US judge blocks order denying funding to pro-immigrant cities, Donald Trump calls it 'ridiculous'

Washington: A US federal judge has blocked the Trump administration's executive order that could deny funding to 'sanctuary cities' harbouring illegal immigrants, a
ruling that the US President termed as "ridiculous".

President Donald Trump. AP

President Donald Trump. AP

US District Judge William H Orrick on Tuesday blocked Trump's 25 January executive order on what are called "sanctuary cities" and said lawsuits by Santa Clara county and San Francisco challenging the order were likely to succeed, the Washington Post reported.

The White House blasted the decision in a scathing statement that said officials behind sanctuary city policies had "the blood of dead Americans on their hands".

Judge Orrick pointed to discrepancies in the administration's interpretation of the executive order, which broadly authorised the Attorney General to withhold federal funding for "sanctuary cities" that do not cooperate with immigration officials.

At the same time, the judge said the Justice Department may hold back funding that is awarded with immigration-related conditions if those conditions are violated.

The White House described Judge Orrick's decision as a gift to the criminal gangs and cartels active in the US, adding that it empowered those involved in human and sex trafficking and put thousands of innocent lives at risk.

The ruling, which applies nationwide, was another judicial setback for the Trump administration, which has now seen three immigration orders stopped by federal courts in its first 100 days, the daily reported.

The judge's ruling is effective on the national level and affects all sanctuary cities, comprising about 200 local entities, including Los Angeles, Chicago and New York, that protect undocumented migrants from deportation.

Orrick, who was appointed by former President Barack Obama, ruled that Trump's order violated the Constitution by trying to punish local governments by seeking to "deprive local jurisdictions of congressional allocated funds without any notice or opportunity to be heard".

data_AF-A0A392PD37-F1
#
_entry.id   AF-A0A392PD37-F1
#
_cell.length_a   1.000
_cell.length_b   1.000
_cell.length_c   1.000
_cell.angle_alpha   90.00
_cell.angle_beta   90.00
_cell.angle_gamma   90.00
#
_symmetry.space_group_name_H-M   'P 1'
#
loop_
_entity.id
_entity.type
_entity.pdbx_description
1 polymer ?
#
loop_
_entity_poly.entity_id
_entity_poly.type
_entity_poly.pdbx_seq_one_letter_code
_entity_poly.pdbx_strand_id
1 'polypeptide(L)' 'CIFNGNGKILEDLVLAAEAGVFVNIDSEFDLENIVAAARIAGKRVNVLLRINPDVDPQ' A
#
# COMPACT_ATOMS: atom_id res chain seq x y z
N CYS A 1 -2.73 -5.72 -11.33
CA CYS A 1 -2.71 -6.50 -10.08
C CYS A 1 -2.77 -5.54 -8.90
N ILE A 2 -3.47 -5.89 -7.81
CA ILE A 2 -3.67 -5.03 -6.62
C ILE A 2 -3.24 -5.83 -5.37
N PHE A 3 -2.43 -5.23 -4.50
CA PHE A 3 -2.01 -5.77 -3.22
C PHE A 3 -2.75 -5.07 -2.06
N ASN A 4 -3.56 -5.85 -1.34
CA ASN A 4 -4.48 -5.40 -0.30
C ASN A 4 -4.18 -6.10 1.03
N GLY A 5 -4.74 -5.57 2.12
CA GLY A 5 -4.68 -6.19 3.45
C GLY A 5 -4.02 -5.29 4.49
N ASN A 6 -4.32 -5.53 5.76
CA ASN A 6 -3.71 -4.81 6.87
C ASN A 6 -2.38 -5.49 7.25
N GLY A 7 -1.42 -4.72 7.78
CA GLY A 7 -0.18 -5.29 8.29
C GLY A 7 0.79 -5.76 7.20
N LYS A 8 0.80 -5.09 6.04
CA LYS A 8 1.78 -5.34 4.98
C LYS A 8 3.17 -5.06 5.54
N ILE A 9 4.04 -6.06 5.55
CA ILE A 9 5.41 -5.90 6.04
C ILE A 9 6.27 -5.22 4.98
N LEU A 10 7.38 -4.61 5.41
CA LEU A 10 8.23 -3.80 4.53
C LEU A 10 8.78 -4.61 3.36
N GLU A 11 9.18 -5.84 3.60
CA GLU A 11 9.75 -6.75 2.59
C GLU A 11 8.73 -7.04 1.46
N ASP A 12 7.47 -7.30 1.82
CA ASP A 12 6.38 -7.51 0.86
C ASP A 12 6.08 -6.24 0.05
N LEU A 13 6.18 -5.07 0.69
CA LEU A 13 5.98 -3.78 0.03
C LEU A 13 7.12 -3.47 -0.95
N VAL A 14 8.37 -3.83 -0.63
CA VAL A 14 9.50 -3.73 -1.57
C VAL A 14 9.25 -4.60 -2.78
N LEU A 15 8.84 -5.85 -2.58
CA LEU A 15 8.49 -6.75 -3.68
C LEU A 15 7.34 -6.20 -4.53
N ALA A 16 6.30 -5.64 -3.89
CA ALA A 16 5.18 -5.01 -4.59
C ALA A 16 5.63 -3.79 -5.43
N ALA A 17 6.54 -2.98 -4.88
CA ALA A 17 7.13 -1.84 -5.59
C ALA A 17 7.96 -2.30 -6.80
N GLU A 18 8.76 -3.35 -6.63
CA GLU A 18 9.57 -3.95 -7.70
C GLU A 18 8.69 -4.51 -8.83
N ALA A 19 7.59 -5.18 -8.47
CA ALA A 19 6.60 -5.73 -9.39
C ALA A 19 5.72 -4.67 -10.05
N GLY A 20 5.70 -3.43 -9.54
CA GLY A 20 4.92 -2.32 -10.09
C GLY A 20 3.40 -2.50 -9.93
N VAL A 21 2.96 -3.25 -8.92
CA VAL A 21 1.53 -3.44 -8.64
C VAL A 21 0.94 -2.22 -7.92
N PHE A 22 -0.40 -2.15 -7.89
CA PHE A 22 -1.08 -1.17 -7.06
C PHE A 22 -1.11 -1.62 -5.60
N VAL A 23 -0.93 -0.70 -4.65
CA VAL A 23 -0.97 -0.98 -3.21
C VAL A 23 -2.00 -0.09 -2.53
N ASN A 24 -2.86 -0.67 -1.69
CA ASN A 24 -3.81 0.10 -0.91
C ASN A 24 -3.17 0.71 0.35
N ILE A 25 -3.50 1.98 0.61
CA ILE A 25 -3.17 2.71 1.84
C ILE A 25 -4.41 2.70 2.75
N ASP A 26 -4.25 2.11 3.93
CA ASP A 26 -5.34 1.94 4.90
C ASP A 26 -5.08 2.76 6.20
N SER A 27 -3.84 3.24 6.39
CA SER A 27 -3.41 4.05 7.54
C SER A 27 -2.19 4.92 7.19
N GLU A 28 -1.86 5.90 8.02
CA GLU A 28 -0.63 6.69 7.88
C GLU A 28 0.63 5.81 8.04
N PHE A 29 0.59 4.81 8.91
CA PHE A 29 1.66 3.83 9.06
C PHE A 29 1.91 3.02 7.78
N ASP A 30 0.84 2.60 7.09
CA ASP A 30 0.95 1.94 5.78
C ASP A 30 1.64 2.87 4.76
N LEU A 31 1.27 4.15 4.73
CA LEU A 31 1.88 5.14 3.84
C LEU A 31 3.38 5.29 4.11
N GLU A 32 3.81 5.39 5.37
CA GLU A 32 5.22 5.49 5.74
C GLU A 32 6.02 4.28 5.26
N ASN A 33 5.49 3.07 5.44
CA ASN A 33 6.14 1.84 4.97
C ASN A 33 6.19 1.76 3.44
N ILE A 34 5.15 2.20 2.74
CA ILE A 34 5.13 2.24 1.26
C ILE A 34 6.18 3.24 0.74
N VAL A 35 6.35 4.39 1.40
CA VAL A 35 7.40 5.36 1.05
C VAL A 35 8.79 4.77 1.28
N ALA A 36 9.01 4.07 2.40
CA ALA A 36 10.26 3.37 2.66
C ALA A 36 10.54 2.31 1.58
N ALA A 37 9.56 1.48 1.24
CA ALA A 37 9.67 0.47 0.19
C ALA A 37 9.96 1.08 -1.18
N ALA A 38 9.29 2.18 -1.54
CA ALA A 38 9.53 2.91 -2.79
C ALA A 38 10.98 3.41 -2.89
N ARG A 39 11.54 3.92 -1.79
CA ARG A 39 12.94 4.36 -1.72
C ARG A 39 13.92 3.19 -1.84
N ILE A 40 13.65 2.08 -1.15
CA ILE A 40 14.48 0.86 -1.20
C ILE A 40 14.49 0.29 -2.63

However, the ruling was not definitive and the Department of Justice could resort to the 9th District Appeals Court to try and get it overturned, the Washington Post reported.

The White House said it would pursue all legal options, but lamented that the incident was "yet one more example of egregious overreach by a single, unelected district judge".

The American Civil Liberties Union and other advocacy groups said the injunction offered a clear warning that Trump's order is illegal.

The Trump administration had given several ultimatums to "sanctuary cities" to try and force them to inform immigration agents about the immigration status of people arrested there.

It also sought help from "sanctuary cities" for facilitating the deportation of those migrants who are living in the US illegally or who have committed a crime.

The latest such ultimatum was delivered last Friday when the Justice Department threatened to cut funding for nine jurisdictions if, by 30 June, they did not provide documentation showing cooperation with federal authorities to facilitate deportations.

Updated Date: Apr 26, 2017 18:14 PM

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